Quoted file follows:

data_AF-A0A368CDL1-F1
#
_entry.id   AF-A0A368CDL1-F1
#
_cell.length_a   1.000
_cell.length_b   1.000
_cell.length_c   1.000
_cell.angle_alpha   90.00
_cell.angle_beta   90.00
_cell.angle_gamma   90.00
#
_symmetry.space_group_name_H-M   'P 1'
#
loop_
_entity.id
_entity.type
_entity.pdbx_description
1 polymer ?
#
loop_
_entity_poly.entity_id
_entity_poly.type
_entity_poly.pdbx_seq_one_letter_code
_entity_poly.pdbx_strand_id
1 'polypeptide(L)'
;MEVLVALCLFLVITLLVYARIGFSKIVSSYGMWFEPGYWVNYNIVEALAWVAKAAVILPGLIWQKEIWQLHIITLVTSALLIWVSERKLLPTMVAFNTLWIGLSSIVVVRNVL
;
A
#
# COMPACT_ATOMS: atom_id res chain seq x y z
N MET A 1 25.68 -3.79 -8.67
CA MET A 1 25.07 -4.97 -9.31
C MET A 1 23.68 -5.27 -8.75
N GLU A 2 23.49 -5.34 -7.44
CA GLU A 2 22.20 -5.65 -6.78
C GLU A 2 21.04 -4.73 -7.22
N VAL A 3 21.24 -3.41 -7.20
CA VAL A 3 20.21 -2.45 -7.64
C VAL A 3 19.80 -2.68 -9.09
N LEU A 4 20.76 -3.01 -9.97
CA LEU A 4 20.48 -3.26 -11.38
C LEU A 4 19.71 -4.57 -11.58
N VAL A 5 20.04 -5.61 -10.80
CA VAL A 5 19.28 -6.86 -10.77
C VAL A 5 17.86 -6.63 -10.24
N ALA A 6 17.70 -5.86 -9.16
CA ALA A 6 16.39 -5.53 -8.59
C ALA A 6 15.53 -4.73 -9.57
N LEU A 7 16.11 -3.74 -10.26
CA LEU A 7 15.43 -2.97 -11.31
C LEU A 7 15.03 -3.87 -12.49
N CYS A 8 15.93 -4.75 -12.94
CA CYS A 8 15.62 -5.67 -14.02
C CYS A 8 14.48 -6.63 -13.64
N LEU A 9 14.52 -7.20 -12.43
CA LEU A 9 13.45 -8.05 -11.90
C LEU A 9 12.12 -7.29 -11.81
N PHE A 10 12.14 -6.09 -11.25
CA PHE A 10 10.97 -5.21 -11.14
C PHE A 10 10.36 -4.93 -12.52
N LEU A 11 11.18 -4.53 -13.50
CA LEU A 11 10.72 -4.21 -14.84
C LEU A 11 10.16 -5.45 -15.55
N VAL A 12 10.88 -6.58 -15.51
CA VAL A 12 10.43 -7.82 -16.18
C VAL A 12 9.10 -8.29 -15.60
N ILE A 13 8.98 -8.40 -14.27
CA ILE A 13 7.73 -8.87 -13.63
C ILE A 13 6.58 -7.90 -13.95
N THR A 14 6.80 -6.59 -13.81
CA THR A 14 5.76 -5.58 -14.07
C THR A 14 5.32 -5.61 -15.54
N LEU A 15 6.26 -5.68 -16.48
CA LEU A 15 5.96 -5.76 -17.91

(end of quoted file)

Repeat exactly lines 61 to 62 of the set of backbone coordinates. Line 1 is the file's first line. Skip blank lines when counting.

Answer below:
N LEU A 11 11.18 -4.53 -13.50
CA LEU A 11 10.72 -4.21 -14.84